NEW WAYS OF BIRTH
Then, at last, there came the sound of a cry, a new cry, which made Shatov shudder and jump up from his knees--the cry of an infant child, weak and discordant. He crossed himself and rushed into the room. A tiny, red, crumpled human being screamed and moved its tiny arms and legs in Mrs Virginsky's hands. It was dreadfully helpless and, like a speck of dust, was at the mercy of the slightest puff of wind, but it was screaming and asserting itself as though it also had every right to live . . .
After she had swaddled it and before she laid it across the bed between two pillows, she gave it to Shatov to hold for a moment. Marie, as though afraid of Mrs Virginsky, signed to him on the sly. He understood at once and brought the baby to show her.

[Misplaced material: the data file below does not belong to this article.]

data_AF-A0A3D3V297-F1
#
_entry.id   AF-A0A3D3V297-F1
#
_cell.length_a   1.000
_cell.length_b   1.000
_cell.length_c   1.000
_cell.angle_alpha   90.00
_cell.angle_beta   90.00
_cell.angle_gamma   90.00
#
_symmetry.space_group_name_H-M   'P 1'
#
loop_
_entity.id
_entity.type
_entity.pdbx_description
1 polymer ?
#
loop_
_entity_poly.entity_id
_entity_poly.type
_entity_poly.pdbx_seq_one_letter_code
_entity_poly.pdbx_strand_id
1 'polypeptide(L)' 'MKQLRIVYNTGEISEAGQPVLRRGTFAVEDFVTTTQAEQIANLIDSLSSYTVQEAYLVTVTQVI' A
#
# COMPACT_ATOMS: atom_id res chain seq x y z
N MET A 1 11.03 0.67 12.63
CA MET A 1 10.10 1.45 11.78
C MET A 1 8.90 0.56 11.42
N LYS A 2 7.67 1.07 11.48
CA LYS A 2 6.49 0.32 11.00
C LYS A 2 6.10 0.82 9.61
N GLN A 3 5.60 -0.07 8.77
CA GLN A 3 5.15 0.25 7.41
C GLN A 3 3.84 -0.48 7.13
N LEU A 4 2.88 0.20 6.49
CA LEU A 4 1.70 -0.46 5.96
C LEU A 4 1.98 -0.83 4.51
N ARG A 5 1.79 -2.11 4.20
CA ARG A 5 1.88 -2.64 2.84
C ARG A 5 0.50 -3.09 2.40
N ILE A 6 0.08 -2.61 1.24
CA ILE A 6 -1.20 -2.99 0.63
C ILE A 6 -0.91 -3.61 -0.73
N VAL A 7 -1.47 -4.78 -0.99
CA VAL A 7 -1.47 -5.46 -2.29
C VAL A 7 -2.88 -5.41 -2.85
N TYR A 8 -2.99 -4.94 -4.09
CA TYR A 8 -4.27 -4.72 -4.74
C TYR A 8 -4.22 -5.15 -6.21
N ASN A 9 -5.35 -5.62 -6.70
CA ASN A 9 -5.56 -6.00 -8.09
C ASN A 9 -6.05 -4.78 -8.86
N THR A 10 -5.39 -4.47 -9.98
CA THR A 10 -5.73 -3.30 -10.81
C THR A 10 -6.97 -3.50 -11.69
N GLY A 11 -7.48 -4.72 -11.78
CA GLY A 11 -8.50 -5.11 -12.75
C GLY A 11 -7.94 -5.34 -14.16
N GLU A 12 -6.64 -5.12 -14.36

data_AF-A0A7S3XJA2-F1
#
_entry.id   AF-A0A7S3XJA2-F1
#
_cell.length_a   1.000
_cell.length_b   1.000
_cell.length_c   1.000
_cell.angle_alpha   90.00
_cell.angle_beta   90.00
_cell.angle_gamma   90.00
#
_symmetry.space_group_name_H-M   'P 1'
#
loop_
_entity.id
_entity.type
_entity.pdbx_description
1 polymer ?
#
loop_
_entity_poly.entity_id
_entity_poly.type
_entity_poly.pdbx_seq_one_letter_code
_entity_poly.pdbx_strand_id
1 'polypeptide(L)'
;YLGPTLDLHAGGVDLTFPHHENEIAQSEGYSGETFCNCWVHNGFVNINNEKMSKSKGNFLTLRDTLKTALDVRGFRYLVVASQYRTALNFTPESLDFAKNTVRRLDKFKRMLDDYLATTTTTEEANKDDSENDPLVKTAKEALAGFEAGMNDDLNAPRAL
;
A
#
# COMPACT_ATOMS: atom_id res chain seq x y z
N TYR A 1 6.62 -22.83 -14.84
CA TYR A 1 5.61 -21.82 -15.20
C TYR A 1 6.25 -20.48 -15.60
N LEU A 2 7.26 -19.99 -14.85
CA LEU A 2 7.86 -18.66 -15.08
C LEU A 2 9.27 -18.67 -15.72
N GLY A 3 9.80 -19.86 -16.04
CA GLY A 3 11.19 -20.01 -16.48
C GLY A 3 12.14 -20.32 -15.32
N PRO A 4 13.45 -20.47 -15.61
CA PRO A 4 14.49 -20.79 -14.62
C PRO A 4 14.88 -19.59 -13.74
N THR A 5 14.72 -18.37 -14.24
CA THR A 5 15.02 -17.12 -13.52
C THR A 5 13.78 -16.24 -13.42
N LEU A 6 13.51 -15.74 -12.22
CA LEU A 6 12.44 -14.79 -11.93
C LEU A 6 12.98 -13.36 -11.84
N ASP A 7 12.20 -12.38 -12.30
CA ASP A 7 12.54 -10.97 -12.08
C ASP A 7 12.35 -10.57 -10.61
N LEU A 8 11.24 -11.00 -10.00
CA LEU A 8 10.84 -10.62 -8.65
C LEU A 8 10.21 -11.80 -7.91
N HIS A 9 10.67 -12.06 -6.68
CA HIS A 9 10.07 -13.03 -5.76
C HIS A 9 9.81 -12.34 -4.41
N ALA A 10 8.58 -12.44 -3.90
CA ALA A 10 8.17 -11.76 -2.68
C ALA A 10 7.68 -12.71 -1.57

'He's so--pretty!' she whispered weakly with a smile . . .
'Rejoice, Mrs Virginsky,' Shatov, radiant at the few words Marie had uttered about the child, murmured with an idiotically blissful expression. 'It's a great joy!'
'What great joy are you babbling about¿' Mrs Virginsky said merrily, bustling about, clearing away and working like a Trojan.
'The mystery of the coming of a new human being is a great and incomprehensible mystery, Mrs Virginsky, and what a pity it is you don't understand it!'
Shatov muttered incoherently, dazed and entranced. It was as though something were swaying about in his head and pouring out of his soul involuntarily, in spite of himself.
'There were two, and now there's a third human being, a new spirit, whole and complete, which no human hands can fashion--a new thought and a new love--it makes me feel frightened. And there's nothing bigger in the world!'
Fyodor Dostoevsky, The Devils.1